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Cancer Res. 2010 Mar 1;70(5):2075-84. doi: 10.1158/0008-5472.CAN-09-3092. Epub 2010 Feb 16.

An oncogenic role for ETV1 in melanoma.

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Department of Medical Oncology, Dana-Farber Cancer Institute, Harvard Medical School, Boston, Massachusetts 02115, USA.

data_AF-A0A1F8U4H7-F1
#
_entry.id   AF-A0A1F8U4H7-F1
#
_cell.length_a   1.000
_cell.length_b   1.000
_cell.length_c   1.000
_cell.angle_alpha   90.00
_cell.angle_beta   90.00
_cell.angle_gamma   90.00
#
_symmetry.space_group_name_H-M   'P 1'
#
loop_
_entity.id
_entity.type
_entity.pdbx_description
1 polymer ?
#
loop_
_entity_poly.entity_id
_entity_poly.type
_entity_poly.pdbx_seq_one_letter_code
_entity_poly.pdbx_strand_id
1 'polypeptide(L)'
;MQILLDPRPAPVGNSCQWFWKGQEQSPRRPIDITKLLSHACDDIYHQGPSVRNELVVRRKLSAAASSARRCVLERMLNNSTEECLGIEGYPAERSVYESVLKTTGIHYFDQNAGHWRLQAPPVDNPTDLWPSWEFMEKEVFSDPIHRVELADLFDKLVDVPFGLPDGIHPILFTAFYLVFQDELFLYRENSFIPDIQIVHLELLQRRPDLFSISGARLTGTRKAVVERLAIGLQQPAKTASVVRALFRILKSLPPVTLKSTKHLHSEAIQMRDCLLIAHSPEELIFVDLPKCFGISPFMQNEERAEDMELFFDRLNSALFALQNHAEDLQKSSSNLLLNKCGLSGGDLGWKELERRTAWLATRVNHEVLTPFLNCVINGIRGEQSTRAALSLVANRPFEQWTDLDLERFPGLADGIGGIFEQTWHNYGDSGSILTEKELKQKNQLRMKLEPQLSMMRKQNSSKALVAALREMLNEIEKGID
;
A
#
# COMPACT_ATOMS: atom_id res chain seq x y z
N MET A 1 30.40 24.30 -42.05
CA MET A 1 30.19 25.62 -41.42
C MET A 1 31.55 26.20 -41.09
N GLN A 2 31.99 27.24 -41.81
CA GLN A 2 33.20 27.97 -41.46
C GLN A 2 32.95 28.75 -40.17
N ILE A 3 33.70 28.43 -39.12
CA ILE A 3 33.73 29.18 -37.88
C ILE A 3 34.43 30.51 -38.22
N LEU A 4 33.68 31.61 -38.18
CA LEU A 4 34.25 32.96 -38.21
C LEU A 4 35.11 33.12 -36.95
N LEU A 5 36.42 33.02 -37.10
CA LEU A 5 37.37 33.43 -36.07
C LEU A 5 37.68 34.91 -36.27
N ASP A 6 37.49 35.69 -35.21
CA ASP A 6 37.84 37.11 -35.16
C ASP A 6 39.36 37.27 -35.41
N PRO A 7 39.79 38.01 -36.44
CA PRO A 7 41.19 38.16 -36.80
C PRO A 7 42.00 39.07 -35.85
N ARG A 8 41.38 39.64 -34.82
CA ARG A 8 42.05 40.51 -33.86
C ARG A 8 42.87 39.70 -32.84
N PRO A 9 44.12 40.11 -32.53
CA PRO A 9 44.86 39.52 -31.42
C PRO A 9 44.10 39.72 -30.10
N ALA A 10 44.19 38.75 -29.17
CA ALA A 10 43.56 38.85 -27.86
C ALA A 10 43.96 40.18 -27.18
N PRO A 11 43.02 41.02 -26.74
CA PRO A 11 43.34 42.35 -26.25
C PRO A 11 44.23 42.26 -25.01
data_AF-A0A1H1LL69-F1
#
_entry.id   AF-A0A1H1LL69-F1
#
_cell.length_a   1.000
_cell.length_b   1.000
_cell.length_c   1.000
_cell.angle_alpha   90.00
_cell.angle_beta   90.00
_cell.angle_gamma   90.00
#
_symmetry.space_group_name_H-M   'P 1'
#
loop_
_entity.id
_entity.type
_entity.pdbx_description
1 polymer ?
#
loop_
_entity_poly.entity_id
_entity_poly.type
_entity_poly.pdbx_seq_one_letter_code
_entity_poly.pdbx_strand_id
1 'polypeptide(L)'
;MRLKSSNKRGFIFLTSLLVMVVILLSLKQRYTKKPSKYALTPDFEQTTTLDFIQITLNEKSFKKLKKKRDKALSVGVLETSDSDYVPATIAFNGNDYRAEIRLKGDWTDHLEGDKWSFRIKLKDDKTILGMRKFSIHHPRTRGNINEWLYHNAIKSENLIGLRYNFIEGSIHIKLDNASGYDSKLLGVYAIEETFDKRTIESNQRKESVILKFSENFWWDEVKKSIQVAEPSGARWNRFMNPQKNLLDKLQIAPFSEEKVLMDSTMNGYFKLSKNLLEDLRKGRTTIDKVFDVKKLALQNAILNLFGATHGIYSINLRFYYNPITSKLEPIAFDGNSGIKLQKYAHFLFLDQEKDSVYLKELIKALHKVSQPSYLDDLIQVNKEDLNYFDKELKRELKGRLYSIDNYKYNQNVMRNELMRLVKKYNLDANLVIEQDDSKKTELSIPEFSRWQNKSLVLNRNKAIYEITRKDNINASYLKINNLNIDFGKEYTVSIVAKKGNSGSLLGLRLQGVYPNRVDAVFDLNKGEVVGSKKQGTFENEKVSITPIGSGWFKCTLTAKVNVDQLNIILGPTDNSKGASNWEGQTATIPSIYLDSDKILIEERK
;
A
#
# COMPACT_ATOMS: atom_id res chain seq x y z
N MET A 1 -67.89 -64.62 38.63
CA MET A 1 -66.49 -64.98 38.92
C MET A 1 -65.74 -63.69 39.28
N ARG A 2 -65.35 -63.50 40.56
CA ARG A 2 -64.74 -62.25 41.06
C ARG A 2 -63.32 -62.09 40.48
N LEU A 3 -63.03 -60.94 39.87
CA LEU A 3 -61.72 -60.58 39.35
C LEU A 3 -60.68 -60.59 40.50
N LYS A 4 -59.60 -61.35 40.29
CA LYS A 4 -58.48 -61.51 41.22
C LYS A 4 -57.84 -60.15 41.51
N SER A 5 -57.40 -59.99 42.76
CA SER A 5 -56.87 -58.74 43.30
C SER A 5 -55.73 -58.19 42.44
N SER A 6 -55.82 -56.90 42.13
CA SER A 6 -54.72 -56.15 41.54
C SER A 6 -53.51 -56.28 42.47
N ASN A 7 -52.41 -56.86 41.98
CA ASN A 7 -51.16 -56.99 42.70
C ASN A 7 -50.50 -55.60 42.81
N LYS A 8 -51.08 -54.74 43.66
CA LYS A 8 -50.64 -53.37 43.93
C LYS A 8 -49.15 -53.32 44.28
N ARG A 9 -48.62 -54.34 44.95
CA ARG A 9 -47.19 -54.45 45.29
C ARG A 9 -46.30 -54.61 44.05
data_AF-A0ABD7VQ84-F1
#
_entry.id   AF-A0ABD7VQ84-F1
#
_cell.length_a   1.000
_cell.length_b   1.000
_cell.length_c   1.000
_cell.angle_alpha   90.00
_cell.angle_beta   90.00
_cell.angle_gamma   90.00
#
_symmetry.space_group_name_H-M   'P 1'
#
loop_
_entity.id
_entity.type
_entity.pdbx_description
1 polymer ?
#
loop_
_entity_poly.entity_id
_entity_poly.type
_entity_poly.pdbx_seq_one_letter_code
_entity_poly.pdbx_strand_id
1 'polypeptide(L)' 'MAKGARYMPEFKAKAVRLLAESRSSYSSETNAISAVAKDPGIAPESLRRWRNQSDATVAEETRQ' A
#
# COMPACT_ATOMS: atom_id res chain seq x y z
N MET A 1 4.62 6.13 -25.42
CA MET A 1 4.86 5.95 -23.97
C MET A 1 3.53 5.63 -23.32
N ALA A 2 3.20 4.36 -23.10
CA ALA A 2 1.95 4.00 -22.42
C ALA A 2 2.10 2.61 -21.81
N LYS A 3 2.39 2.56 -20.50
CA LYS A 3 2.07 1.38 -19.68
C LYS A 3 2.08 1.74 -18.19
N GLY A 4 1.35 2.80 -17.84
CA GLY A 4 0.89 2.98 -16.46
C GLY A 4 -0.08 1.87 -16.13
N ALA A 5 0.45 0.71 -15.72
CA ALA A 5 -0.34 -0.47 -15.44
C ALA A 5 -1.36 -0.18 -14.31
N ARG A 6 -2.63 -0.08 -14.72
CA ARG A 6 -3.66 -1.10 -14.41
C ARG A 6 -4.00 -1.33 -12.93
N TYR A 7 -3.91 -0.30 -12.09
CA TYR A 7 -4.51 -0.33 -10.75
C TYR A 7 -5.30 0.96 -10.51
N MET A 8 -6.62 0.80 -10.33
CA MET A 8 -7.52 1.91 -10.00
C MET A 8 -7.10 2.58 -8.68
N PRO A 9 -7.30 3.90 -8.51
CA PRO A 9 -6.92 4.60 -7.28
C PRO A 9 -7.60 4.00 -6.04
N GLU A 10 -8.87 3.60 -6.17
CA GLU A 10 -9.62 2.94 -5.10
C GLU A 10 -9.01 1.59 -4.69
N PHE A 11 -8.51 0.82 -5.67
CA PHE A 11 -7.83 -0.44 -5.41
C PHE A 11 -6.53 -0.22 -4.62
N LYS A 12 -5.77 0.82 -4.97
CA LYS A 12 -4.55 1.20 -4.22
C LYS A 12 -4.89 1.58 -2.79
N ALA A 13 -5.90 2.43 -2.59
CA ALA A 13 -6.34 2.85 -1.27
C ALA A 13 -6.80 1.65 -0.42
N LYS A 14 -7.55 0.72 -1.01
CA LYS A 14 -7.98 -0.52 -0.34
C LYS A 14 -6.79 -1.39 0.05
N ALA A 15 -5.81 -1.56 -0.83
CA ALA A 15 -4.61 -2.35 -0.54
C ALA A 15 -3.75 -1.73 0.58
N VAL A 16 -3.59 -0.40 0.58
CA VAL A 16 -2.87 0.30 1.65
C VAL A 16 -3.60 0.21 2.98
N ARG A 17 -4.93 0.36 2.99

Copy gains involving chromosome 7p represent one of the most common genomic alterations found in melanomas, suggesting the presence of "driver" cancer genes. We identified several tumor samples that harbored focal amplifications situated at the peak of common chromosome 7p gains, in which the minimal common overlapping region spanned the ETV1 oncogene. Fluorescence in situ hybridization analysis revealed copy gains spanning the ETV1 locus in >40% of cases, with ETV1 amplification (>6 copies/cell) present in 13% of primary and 18% of metastatic melanomas. Melanoma cell lines, including those with ETV1 amplification, exhibited dependency on ETV1 expression for proliferation and anchorage-independent growth. Moreover, overexpression of ETV1 in combination with oncogenic NRAS(G12D) transformed primary melanocytes and promoted tumor formation in mice. ETV1 overexpression elevated microphthalmia-associated transcription factor expression in immortalized melanocytes, which was necessary for ETV1-dependent oncogenicity. These observations implicate deregulated ETV1 in melanoma genesis and suggest a pivotal lineage dependency mediated by oncogenic ETS transcription factors in this malignancy.

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